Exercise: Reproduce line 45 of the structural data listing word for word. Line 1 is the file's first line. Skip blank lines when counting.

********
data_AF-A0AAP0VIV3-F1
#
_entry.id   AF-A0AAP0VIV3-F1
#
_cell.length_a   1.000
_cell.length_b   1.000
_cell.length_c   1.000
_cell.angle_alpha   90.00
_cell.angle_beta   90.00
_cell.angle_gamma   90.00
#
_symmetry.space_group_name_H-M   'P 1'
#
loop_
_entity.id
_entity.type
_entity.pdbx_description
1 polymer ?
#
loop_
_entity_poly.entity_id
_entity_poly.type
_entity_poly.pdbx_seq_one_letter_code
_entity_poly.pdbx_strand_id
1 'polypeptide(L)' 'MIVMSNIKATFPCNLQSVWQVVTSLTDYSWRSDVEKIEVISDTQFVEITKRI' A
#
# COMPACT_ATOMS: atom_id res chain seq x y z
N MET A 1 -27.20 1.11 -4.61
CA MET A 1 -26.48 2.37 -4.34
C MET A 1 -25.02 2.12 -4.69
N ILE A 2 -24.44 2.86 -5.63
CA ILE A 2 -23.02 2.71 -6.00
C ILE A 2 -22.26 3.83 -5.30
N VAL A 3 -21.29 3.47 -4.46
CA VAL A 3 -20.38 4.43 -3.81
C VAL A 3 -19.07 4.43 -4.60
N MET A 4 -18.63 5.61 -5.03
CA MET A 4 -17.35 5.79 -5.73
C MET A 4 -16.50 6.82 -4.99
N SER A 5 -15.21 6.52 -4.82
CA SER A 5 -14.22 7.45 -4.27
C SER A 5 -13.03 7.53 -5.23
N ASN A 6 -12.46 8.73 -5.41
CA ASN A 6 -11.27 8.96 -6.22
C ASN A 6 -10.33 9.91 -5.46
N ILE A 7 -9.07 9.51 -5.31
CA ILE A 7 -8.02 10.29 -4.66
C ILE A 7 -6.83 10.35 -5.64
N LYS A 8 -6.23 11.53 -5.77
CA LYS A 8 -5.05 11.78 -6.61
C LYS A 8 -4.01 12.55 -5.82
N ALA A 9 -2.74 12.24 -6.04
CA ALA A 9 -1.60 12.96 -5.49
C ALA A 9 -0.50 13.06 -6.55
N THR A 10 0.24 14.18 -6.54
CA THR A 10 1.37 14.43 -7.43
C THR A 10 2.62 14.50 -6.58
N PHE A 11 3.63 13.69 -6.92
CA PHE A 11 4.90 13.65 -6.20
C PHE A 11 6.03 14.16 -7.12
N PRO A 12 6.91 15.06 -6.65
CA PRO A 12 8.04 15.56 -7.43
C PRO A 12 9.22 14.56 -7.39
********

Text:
C ASN A 6 -10.33 9.91 -5.46